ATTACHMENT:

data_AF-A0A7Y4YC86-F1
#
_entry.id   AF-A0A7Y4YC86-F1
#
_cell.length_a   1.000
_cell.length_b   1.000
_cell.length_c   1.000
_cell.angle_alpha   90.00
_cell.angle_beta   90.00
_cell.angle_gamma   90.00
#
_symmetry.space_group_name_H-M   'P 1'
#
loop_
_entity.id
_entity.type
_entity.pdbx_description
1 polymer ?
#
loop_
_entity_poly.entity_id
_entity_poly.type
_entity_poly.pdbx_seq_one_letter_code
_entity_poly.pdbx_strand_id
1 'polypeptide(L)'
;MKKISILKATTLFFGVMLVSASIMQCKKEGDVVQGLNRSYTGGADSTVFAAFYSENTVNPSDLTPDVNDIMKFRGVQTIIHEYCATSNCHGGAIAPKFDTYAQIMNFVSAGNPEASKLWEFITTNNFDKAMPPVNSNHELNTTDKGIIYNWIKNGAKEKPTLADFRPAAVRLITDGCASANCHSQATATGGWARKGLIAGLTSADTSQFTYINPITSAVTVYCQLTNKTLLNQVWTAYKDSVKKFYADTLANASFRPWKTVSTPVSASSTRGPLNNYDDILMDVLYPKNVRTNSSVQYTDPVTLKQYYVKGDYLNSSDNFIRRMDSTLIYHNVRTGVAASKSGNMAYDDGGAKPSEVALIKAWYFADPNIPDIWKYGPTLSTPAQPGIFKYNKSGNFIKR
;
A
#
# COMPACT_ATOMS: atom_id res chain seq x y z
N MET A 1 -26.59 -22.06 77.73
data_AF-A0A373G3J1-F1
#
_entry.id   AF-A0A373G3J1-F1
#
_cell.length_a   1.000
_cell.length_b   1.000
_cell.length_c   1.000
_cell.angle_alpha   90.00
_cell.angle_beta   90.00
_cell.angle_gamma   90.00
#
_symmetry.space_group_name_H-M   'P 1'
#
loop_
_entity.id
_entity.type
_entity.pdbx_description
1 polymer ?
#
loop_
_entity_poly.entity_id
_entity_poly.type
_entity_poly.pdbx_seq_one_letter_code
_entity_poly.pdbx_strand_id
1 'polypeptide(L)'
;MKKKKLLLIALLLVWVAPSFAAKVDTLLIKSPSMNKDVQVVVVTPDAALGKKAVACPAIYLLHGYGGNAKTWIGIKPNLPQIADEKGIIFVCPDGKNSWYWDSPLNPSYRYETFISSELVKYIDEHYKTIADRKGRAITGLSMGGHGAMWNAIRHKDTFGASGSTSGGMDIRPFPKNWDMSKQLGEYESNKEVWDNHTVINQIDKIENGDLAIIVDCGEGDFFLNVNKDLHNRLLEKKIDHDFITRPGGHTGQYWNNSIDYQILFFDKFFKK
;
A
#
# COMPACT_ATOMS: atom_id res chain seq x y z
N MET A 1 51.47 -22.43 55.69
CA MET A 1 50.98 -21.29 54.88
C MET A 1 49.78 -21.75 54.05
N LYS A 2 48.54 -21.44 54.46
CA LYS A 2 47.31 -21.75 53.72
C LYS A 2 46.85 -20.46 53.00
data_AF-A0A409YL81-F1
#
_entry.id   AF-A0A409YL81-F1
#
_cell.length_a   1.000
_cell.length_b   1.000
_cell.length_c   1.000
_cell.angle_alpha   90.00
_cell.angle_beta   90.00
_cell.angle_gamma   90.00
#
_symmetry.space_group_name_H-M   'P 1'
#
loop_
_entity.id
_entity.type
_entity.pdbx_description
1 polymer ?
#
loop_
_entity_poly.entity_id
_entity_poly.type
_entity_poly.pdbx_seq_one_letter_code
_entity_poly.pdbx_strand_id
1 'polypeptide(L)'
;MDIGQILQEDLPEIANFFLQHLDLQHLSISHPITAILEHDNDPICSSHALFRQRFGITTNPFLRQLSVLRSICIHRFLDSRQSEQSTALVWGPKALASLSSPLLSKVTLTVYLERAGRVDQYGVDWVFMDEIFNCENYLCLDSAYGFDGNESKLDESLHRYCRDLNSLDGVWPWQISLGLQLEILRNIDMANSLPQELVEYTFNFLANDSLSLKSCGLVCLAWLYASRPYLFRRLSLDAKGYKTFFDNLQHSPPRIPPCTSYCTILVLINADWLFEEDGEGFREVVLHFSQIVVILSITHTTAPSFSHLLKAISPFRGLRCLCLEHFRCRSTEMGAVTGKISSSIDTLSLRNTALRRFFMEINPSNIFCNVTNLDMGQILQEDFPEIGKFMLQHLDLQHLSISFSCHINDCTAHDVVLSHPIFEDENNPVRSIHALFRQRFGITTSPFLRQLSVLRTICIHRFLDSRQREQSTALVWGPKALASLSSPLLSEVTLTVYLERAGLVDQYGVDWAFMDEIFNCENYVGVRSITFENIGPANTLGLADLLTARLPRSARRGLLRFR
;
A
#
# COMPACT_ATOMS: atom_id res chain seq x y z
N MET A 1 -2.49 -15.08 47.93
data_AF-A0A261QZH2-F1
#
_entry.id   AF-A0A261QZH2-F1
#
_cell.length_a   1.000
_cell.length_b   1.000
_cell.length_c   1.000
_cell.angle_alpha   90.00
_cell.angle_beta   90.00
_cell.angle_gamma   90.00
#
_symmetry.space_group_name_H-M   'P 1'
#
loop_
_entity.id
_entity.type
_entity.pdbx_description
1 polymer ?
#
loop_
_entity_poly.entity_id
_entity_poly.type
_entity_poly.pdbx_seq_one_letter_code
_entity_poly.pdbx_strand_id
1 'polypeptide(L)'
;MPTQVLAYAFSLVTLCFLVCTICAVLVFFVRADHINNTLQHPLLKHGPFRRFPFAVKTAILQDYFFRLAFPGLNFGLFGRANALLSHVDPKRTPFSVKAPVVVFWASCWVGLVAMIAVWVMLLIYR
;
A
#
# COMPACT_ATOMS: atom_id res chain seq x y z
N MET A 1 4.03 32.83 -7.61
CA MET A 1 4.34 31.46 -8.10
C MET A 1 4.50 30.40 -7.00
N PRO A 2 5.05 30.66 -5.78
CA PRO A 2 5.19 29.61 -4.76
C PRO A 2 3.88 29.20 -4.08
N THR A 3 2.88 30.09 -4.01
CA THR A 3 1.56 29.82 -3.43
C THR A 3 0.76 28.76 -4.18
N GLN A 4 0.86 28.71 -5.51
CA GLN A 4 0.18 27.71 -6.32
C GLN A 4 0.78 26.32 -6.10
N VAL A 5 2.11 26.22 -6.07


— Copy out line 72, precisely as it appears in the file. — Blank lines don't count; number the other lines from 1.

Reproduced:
_cell.length_a   1.000